Seasonal Dog Allergies

Seasonal dog allergies, also known as atopy is a common problem in canines during the pollen seasons. This problem occurs due to different allergens that are present in the air and are inhaled by the dog. The allergies will be signaled by excessive scratching and rashes and the condition may be controlled through medication or a change in diet.

Symptoms of Seasonal Allergies

A dog with allergies will present the following symptoms:

  • Excessive scratching
  • Pawing the face or eyes
  • Rubbing the face on the wall, floor or furniture
  • Sneezing
  • Coughing
  • Hair loss, bald patches
  • Severe skin lesions caused by self mutilation that may get infected
  • Chronic ear infections, as the ear produces an excessive amount of wax and this may facilitate the overgrowth of yeast cells or other bacteria
  • Runny nose
  • Watery eyes
  • Skin rashes
  • Irritated feet
  • Dry, crusty skin or, in other cases, oily skin

These symptoms may occur also as a response to other allergens, but they clearly indicate that the dog is allergic to something.

Causes of Atopy

Atopy or seasonal allergies may be caused by numerous particles that are present in the air. The main causes of atopy are pollen grains.

These allergens may be inhaled or they may penetrate the skin and cause negative reactions.

The immune system of the dog produces a protein known as IgE which causes the release of histamines.

Some dogs are genetically predisposed to develop allergies.

Diagnosing Allergies

The dog must be exposed for a while to the allergen before he starts showing some symptoms.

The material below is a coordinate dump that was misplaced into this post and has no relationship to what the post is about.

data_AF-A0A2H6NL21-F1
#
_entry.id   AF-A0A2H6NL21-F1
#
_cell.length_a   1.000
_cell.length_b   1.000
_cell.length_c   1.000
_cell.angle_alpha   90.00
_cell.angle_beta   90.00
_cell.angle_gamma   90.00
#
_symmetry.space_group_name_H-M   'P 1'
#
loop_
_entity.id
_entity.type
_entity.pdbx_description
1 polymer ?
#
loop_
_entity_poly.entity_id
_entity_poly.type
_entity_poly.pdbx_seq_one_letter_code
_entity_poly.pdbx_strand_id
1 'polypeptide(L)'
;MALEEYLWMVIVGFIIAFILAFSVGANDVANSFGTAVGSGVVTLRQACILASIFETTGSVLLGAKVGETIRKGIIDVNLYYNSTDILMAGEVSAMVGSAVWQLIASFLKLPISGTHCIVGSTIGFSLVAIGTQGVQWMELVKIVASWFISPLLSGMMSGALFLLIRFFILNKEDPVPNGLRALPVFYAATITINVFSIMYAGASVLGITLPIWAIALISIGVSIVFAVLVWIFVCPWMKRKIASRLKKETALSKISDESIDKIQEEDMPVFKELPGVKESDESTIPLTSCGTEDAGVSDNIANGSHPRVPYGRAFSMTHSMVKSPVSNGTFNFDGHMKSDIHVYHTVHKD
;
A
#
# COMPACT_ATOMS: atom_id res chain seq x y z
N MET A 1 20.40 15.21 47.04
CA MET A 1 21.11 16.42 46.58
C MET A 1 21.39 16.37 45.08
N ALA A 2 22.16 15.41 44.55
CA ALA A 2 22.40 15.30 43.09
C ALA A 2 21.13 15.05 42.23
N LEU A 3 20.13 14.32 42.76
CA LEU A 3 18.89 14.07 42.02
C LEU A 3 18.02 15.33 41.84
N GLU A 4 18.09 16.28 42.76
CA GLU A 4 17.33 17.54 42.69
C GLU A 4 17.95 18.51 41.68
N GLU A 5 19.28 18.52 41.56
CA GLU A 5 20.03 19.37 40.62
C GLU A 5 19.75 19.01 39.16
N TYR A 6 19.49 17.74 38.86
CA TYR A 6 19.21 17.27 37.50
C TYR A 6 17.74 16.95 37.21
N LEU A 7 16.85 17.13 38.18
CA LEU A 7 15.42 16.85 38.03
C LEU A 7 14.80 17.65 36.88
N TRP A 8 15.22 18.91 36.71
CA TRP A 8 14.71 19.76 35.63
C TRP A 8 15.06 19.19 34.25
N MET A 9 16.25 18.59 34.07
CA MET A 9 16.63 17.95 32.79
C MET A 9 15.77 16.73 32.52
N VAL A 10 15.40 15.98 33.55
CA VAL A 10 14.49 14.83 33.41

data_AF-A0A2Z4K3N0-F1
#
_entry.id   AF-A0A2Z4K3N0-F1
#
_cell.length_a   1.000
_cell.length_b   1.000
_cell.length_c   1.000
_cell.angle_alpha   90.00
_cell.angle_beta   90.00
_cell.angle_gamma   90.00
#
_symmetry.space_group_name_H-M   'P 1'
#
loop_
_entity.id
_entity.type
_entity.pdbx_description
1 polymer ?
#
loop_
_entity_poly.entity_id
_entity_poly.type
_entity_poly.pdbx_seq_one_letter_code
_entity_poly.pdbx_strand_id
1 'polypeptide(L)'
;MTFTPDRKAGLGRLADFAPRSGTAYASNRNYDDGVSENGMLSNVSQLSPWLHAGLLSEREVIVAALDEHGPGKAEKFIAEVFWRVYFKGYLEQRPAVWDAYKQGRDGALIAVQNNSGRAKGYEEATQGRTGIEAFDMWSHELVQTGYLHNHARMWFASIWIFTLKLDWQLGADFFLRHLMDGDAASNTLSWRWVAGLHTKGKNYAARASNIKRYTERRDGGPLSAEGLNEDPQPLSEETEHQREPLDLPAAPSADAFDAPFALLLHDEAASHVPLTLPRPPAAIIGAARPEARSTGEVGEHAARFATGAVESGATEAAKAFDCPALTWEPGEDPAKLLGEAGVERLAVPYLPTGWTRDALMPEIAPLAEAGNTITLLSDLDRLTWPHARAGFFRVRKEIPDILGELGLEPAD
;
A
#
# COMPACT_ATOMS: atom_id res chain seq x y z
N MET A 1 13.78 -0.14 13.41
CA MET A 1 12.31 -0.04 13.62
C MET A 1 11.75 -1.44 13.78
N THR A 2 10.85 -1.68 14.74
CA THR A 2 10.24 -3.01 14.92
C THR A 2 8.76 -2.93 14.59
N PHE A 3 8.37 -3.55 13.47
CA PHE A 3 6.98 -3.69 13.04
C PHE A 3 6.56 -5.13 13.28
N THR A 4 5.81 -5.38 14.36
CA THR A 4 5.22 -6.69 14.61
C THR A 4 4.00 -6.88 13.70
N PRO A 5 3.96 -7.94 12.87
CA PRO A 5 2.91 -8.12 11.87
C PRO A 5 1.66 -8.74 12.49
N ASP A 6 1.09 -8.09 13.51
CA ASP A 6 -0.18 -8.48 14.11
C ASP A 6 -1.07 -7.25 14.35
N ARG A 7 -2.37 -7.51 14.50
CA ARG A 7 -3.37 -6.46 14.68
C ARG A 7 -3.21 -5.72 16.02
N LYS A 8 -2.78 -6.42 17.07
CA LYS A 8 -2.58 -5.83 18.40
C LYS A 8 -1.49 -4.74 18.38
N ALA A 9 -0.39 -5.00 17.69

Typically, seasonal allergies occur when the dog is between the ages of 1 and 3. However, it may also happen that the dog starts being allergic when he is 6 or 8. In time, the dog may also develop allergies to other factors.

It is important to notice some symptoms and take the dog for some tests. A blood test may confirm if the dog has seasonal allergies. The ELISA test is the most commonly used test in pets to diagnose allergies. Intradermal testing is also used to diagnose allergies.

The allergen should be isolated and this may be done through elimination and judging by the main symptoms of the dog.

Treating Seasonal Dog Allergies

The exact allergen must be determined and the dog’s exposure must be reduced as much as possible. You can keep the dog off fields during pollen seasons and keep the grass short. You may also clean the dog’s paws after he’s been outside.

Topical ointments are also available to relive itchiness and the typical symptoms of seasonal allergies.

Regular bathing or cleaning of the dog’s skin may also reduce his allergic reactions.

A change in diet can reduce the allergies by strengthening the dog’s immune system. Omega 3 fatty acids can boost the canine immune system.

Medication therapy is also possible: antihistamines and steroids can be administered during the seasons when the dog experiences the allergies.

Immunization therapy may also reduce the dog’s allergic reactions; the allergen is injected in small amounts in the dog’s system and after a few shots, he will start building immunity to the allergens.